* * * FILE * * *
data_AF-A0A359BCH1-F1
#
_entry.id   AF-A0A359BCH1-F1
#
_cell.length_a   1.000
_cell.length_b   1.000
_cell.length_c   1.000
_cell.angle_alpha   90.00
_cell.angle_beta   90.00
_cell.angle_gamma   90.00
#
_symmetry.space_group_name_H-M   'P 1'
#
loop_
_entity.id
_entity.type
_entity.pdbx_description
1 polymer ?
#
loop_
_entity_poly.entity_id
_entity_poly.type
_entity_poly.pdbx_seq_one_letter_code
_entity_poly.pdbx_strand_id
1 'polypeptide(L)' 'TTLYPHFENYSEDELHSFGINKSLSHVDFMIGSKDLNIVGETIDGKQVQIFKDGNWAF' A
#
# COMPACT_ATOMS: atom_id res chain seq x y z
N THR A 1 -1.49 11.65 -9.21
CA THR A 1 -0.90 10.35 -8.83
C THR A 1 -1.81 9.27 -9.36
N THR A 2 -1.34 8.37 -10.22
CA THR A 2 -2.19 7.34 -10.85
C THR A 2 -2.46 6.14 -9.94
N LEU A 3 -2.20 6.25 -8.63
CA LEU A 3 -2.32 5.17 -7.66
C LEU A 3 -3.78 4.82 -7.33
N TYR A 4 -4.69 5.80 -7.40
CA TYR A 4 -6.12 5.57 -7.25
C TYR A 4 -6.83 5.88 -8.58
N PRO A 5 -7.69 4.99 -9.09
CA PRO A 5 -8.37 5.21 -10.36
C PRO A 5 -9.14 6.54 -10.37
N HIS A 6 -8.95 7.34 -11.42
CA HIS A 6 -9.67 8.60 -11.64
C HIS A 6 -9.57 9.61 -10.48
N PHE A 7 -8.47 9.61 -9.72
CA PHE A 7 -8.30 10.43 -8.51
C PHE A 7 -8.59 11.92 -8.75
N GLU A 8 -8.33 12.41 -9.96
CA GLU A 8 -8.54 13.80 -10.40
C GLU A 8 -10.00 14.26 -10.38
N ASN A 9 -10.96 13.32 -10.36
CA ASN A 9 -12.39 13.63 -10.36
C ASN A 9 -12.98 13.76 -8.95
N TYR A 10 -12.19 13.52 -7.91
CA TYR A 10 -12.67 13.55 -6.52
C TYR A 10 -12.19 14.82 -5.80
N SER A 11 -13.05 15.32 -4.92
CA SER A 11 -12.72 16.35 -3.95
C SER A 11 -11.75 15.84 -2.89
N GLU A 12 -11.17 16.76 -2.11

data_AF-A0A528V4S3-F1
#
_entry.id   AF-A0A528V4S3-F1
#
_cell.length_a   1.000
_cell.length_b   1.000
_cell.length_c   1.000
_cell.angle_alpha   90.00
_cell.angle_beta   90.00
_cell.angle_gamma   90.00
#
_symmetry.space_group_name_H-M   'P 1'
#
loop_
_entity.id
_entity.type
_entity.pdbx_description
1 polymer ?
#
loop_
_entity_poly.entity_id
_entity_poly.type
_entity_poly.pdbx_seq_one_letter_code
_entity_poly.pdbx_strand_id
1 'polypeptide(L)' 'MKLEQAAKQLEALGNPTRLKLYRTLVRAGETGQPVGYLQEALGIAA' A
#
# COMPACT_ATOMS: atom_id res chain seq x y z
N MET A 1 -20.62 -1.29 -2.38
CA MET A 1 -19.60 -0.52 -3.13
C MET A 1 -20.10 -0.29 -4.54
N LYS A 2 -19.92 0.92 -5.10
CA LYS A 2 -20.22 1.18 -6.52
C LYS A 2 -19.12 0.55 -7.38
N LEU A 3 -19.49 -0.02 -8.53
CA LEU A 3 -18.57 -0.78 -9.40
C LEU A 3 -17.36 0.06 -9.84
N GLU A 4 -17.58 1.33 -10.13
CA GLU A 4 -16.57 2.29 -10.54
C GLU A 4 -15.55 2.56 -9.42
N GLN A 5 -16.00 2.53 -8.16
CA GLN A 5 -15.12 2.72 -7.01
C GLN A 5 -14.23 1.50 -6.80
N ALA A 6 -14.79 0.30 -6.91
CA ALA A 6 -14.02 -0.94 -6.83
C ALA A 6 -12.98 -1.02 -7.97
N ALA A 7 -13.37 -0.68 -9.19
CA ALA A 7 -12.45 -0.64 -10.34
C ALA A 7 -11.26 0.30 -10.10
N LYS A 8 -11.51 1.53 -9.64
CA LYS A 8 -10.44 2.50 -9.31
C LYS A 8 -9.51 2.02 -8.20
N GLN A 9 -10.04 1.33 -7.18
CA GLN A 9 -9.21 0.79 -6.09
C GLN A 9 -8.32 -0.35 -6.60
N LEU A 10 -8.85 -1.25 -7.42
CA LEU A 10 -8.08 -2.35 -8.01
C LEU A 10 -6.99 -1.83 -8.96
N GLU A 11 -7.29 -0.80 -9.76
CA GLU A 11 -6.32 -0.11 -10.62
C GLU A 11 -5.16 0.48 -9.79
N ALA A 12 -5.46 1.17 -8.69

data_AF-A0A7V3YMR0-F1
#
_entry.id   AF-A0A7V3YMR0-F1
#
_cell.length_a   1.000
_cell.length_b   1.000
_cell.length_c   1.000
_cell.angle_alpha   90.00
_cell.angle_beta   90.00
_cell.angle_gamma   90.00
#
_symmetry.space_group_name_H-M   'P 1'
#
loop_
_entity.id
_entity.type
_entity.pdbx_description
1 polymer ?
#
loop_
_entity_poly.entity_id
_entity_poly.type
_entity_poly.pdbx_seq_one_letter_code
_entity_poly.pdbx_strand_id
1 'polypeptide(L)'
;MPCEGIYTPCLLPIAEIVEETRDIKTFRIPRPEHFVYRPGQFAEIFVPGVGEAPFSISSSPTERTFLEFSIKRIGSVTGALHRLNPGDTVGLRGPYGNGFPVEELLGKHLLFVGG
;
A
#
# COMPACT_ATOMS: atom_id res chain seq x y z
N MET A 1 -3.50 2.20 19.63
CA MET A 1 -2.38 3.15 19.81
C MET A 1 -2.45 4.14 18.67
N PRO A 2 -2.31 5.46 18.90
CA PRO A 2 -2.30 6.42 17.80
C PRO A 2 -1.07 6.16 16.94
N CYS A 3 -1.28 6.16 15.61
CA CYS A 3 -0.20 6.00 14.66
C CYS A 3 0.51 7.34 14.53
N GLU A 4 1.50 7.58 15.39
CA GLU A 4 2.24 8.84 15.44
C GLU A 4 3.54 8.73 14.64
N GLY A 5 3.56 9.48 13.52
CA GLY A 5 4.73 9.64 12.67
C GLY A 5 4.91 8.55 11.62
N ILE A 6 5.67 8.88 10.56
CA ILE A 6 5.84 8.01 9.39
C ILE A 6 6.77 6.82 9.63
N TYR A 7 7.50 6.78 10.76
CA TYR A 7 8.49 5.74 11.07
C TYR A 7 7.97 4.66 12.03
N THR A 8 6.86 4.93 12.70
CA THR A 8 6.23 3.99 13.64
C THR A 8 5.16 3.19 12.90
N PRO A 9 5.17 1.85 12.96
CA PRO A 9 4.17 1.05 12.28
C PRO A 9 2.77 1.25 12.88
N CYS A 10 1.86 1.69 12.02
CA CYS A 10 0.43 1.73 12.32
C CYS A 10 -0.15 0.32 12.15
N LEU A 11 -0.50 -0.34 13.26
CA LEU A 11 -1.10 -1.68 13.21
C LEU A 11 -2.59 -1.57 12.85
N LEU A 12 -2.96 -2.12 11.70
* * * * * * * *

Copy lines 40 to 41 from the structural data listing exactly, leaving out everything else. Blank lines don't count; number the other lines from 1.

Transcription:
N PRO A 5 -7.69 4.99 -9.09
CA PRO A 5 -8.37 5.21 -10.36